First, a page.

Amazon pushes to become a major hospital supplier: 7 things to know

Deepening its move into healthcare, Amazon is pushing to turn its developing medical supplies business into a major supplier to U.S. hospitals and outpatient clinics, reports The Wall Street Journal.

The latest push into the healthcare arena comes less than two weeks after Amazon announced it would collaborate with JPMorgan Chase & Co. and Berkshire Hathaway to launch a new company aimed at cutting healthcare costs for their U.S. employees.

Here are seven things to know about Amazon's latest venture.

1. Amazon Business, the company's separate business-to-business marketplace, already sells a limited selection of medical supplies — ranging from sutures to hip implants — as well as industrial supplies and office supplies. However, Amazon is hoping to expand this marketplace into one where hospitals could shop to stock emergency rooms, operating suites and outpatient facilities.

2. Amazon has invited hospital executives to its headquarters in Seattle on numerous occasions, most recently in late January, to understand the needs and wants of the healthcare industry and to feel out ideas for expanding its medical supplies business, according to The Wall Street Journal, which cited hospital executives who attended the meetings.

3. Recently, Amazon Business sent employees to a large hospital system in the Midwest with roughly 150 outpatient facilities to test Amazon Business as a medical supplier.  Essentially, the pilot is testing if the system can effectively order healthcare supplies for all of its facilities. The pilot is customized for the healthcare system's catalog of supplies and allows employees to compare prices the hospital negotiates with its distributors and the supplies in Amazon Business' marketplace.

4. When asked about these current efforts, Amazon Business told The Wall Street Journal it is building technology to serve healthcare customers and seeking to reinvent typical hospital purchasing, which is generally done through contracts with distributors and manufacturers, like McKesson Corp., Cardinal Health and Owens & Minor.  The e-commerce giant, echoing opinions held by some in the industry, said existing supply chain options are outdated.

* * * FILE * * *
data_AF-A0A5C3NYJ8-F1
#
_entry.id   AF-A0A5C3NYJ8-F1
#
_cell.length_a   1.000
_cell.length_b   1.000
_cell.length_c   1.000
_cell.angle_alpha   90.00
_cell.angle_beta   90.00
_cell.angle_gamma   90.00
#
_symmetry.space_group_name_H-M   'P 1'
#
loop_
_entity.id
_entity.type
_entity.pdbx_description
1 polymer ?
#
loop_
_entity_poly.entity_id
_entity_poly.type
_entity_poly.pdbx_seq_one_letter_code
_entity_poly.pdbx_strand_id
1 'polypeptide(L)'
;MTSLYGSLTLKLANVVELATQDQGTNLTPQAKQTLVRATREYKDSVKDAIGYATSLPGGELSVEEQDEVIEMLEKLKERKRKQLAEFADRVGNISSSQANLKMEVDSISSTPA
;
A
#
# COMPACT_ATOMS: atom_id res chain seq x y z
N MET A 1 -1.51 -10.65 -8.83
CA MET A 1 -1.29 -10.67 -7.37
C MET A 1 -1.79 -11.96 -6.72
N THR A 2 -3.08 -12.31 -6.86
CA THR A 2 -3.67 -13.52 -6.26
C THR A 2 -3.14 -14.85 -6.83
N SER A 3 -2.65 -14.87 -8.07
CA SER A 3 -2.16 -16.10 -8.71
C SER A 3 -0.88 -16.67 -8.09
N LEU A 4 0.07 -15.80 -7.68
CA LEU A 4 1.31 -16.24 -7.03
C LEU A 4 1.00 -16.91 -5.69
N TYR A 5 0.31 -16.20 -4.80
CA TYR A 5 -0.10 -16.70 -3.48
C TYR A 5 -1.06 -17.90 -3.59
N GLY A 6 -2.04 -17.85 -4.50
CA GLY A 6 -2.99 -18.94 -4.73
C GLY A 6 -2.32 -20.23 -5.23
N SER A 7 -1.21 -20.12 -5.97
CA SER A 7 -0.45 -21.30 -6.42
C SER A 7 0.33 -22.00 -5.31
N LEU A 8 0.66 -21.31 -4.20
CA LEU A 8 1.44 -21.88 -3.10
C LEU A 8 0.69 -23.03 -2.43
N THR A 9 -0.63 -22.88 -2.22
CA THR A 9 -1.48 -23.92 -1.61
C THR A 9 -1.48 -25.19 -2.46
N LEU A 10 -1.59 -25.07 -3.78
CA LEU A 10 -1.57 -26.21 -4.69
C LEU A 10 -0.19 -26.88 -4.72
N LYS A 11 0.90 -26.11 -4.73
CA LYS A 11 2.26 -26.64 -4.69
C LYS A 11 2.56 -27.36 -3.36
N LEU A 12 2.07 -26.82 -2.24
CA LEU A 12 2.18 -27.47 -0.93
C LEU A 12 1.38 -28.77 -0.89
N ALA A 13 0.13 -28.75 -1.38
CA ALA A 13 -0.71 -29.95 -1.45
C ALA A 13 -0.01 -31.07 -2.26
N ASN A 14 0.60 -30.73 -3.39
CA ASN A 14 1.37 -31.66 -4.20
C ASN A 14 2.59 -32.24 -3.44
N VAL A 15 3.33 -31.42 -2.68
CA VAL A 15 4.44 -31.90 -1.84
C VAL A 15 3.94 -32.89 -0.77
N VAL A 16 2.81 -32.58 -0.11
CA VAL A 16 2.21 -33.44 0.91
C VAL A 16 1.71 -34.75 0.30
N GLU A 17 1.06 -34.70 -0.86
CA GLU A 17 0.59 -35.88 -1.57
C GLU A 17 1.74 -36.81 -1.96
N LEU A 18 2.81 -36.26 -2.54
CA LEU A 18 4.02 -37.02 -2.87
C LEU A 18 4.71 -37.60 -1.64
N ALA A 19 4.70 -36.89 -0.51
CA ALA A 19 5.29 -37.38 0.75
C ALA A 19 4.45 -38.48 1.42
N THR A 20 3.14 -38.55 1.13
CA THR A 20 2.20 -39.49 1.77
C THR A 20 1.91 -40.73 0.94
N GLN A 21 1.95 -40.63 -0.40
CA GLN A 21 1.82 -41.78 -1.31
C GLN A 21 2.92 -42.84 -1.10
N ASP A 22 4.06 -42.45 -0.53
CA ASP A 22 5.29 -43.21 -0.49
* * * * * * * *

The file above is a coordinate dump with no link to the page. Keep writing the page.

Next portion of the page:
"Our goal is to be something new," Chris Holt, the leader of global healthcare at Amazon Business, told The Wall Street Journal, adding that to simplify purchasing, the company has been "actively building out new capabilities and features."

5. Over the past year, Amazon slowly acquired more than 10 wholesale pharmacy licenses from state pharmaceutical boards. The licenses are held in Alabama, Arizona, Connecticut, Idaho, Louisiana, Michigan, Nevada, New Hampshire, New Jersey, North Dakota, Oregon and Tennessee. These licenses are necessary for selling medical equipment to licensed professionals.

6. Some hospital administrators have been hesitant to purchase supplies from Amazon Business, citing reasons such as lack of options, disruption in the continuity of product supply, and lack of control over shipping. Typically, hospitals contract for assurance with distributors to ensure the products are available and delivered securely and in a timely manner.

"We can't be without supplies," Phyllis McCready, chief procurement officer for Great Neck, N.Y.-based Northwell Health, one of the hospital executives who attended a meeting with Amazon in Seattle, told The Wall Street Journal. "It's a little different than being out of a size 6 dress. I can't be out of a six French catheter."

7. Fees and administration, marketing and shipping costs account for 20 to 30 percent of healthcare supply costs, according to a 2017 research report cited by The Wall Street Journal. Rob Austin, a former hospital supply chain executive and associate director at Navigant Consulting, told The Wall Street Journal about Amazon's latest move, "There's a lot of people with fingers in the pie. There is a huge opportunity."

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